A highly decorated colonel, Rescorla didn’t know at first that the World Trade Center was under attack. He did know that he had to disobey the N.Y. Port Authority’s order to stay put.
“Everything above where that plane hit is going to collapse and it’s going to take the whole building with it,” he told a fellow military officer by phone after the first impact at the north tower. “I’m getting my people out of here.” About 18 minutes later, the south tower was struck.
Morgan Stanley employed 3,700 workers at the World Trade Center, 2,700 of them on 22 floors in the south tower, and Rescorla was responsible for their safety. All but six survived.
Using a bullhorn, he directed employees down the south tower steps in pairs. Most knew the routine because Rescorla had run four or five evacuation drills a year.
He was well-trained himself. Joining the British army in 1957, he took part in commando missions. He became a U.S. citizen and graduated from officer candidate school in 1965, whereupon he started training soldiers for Vietnam. He was so resolute about conditioning that he had his platoons work twice as hard as everybody else: 10-mile runs instead of five, 100 push-ups instead of 50. His troops became known as “Hard Corps.”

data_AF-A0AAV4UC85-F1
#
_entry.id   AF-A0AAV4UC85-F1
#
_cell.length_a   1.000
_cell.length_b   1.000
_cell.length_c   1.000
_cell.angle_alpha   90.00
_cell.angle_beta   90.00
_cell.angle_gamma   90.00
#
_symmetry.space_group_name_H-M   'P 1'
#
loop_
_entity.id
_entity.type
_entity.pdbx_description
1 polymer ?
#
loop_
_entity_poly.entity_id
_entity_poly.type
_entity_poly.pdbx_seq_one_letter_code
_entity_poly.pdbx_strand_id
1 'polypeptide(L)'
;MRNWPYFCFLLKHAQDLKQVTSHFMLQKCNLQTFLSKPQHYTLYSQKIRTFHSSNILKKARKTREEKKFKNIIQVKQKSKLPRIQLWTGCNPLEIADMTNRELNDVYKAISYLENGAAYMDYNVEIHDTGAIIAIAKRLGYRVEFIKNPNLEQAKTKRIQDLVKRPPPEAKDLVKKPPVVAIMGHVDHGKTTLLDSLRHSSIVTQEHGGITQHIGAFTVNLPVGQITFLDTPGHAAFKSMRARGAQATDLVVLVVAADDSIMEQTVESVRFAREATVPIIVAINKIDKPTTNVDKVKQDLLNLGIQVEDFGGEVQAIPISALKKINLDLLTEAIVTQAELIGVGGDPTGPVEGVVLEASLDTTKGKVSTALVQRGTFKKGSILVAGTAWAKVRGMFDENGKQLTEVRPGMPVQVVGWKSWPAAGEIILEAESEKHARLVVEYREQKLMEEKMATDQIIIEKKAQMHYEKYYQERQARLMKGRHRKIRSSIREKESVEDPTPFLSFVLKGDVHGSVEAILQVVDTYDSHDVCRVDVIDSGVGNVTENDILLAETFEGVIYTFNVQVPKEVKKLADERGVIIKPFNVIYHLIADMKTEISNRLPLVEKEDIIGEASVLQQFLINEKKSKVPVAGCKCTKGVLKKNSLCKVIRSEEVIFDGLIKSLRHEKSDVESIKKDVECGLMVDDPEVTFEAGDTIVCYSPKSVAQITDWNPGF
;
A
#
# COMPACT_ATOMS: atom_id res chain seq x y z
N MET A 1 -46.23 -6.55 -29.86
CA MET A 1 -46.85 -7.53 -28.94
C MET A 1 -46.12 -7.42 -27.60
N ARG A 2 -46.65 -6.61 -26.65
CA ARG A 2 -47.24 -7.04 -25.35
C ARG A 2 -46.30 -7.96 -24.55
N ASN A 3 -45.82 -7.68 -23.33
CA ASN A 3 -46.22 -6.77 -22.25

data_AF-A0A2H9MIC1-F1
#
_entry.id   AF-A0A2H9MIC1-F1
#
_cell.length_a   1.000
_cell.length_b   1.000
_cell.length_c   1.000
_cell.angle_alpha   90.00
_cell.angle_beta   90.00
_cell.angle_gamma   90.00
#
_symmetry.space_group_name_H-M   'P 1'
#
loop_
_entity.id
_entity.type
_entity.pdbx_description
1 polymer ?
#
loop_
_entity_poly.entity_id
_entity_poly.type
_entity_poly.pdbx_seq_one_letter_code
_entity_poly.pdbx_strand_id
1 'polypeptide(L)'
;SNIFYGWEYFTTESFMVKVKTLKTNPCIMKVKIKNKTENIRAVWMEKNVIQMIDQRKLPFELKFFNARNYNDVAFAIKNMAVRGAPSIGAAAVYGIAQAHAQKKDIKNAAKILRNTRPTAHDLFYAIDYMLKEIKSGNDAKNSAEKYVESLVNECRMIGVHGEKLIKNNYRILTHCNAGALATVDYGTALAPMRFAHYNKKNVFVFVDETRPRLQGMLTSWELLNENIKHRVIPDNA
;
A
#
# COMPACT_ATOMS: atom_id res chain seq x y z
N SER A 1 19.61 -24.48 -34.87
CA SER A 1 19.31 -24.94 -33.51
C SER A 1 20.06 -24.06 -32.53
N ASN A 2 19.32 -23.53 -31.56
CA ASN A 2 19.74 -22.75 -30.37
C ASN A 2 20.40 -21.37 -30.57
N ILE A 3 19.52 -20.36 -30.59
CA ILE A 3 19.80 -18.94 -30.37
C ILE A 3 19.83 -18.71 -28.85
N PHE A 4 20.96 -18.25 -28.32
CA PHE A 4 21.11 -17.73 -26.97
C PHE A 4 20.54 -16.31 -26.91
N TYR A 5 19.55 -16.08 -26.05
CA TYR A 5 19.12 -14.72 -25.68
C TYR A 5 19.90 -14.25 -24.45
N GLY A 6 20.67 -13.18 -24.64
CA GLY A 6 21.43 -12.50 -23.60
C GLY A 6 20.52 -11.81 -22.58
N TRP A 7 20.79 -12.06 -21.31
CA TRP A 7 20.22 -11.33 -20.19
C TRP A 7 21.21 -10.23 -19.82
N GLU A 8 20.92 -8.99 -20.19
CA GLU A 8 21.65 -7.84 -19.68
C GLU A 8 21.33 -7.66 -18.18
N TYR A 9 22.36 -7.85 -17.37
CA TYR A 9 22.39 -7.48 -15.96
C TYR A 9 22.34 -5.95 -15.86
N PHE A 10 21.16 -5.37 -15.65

Rescorla thought ahead. After the 1993 World Trade Center bombing, he theorized that terrorists might try ramming a cargo plane into the towers. In 1998, he told a film producer: “Hunting down terrorists, this will be the nature of war in the future.”
On Sept. 11, his preparation paid off. When people panicked in a smoke-filled staircase, Rescorla directed them to another one. As he had on the battlefield, he sang to keep them calm.
“Rick had set up a pretty elaborate procedure, so we were organized,” says John Olson, a former regional director for Morgan Stanley. “People were preconditioned.”
After Rescorla evacuated most employees, he went back to check for stragglers. Olson saw the safety director going back up and urged him to leave. Rescorla said he would as soon as he got everybody out. It was the last time anyone saw him.
— Adapted from “His Actions Saved Thousands,” Pete Barlas, Investor’s Business Daily.